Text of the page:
Complexity, Context and Communication
Telling the story of the data-in-question instead of providing isolated and selective summary points of the data is like preparing the kitchen for service ‘mise en place’ as opposed to simply stocking up the kitchen with groceries. In this metaphor the decision-making process is the kitchen service and data science the preparation of it. In business terms this implies that we have to pivot our product, data science, to fit the needs of the end-users, in this case the decision-makers. In my project at the ETH Library Lab, I do so by complementing data science’s strength in reduction and abstraction with the use of stories as a communication tool.
In the subsequent paragraphs, I will elaborate why I suggest using stories as communication tools for data science as opposed to simply tweaking the existing communication tools used in data science so far, such as statistical figures, graphs and tables. Let me make a fictional example of a scenario where the use of the demanded information is easy to pinpoint, a situation where a data scientist might try to deliver the information ‘mise en place’ for the decision maker, using traditional data science communication tools.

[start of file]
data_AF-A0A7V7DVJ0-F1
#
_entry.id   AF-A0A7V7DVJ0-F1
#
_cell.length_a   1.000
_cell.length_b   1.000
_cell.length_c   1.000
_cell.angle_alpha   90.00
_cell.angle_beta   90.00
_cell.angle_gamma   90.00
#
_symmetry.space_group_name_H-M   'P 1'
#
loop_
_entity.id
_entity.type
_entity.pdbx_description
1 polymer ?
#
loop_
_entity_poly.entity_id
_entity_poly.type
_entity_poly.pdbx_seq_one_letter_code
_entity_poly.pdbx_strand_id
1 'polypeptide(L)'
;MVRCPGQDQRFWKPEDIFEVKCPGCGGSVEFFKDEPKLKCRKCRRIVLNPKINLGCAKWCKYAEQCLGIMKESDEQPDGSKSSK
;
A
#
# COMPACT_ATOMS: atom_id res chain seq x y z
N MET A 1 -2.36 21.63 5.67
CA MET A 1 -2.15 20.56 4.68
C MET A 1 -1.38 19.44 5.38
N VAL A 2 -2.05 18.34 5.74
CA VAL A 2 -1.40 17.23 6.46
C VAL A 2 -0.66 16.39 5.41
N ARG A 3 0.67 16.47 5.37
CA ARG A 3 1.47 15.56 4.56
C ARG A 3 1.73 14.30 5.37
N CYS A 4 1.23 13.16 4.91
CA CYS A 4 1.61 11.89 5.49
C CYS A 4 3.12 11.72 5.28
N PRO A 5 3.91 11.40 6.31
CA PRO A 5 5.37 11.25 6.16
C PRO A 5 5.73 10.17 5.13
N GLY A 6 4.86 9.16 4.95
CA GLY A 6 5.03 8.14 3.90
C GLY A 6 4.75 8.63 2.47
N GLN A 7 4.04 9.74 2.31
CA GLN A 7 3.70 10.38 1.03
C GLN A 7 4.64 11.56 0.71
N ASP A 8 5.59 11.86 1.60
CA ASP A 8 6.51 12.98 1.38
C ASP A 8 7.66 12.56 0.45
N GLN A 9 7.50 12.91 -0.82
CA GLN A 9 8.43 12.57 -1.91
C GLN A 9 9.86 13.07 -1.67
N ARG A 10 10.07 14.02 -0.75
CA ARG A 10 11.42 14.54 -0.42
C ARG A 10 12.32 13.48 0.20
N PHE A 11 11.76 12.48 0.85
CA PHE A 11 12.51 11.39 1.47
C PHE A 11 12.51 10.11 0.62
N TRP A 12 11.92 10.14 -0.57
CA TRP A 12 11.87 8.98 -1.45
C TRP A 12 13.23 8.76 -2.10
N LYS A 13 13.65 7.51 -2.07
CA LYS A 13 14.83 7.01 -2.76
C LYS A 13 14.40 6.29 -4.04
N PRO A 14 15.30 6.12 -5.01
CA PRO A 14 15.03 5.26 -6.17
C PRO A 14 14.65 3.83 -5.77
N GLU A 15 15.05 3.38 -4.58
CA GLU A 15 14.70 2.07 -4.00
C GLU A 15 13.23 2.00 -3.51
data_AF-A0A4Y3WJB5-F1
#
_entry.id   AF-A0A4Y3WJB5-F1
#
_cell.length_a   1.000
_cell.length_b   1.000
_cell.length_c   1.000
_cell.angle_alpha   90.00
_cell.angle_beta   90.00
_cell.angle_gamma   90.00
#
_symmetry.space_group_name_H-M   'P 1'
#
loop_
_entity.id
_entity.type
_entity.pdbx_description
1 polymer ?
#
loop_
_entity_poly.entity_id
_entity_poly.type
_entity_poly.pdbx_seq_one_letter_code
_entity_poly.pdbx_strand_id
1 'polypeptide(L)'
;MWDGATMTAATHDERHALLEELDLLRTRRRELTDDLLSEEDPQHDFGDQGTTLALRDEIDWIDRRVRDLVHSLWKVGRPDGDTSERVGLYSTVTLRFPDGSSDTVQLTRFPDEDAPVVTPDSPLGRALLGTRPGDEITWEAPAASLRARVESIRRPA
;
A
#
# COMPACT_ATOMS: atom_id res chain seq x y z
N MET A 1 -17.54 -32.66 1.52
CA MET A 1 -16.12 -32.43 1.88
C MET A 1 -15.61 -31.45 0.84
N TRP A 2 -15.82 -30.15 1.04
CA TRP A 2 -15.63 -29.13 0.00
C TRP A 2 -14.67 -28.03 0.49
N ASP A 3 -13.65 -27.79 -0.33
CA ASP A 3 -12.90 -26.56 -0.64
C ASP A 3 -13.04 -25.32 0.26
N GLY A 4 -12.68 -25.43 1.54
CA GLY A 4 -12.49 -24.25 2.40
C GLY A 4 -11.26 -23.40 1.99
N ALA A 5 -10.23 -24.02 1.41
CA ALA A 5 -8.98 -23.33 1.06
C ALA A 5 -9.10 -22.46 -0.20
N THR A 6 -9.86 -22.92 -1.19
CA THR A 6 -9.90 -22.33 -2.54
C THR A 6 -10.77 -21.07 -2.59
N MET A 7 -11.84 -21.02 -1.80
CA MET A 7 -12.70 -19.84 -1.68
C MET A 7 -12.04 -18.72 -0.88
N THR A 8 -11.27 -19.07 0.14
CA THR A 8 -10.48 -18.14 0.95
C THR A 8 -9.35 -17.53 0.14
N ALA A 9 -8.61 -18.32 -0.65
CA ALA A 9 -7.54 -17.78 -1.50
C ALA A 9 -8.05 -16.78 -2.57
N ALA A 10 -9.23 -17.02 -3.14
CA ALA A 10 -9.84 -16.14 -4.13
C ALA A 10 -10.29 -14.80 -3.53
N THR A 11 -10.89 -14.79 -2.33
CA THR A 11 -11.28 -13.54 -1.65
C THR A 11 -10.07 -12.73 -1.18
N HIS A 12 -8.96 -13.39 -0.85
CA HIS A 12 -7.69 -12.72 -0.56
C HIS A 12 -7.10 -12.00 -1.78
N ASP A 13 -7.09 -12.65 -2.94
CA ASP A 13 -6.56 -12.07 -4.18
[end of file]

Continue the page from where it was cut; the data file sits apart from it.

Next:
If we are asked to estimate how long a given supply of surgical N95 respirators will last, a conventional machine learning oriented data scientist might look at the prediction of his winner-takes-it-all model and answer “We are 91% certain that our supply of surgical N95 respirators is sufficient for the next 2 weeks.” A more statistics-oriented data scientist might look at a few facts and figures and answer with: “Given the current status, we predict, with a confidence interval of 95% certainty that the current inventory will last between 10 and 18 days, with a point estimate of 14 days.” In both cases we have answered the decision-makers’ question, no doubt. But that is only half of the story.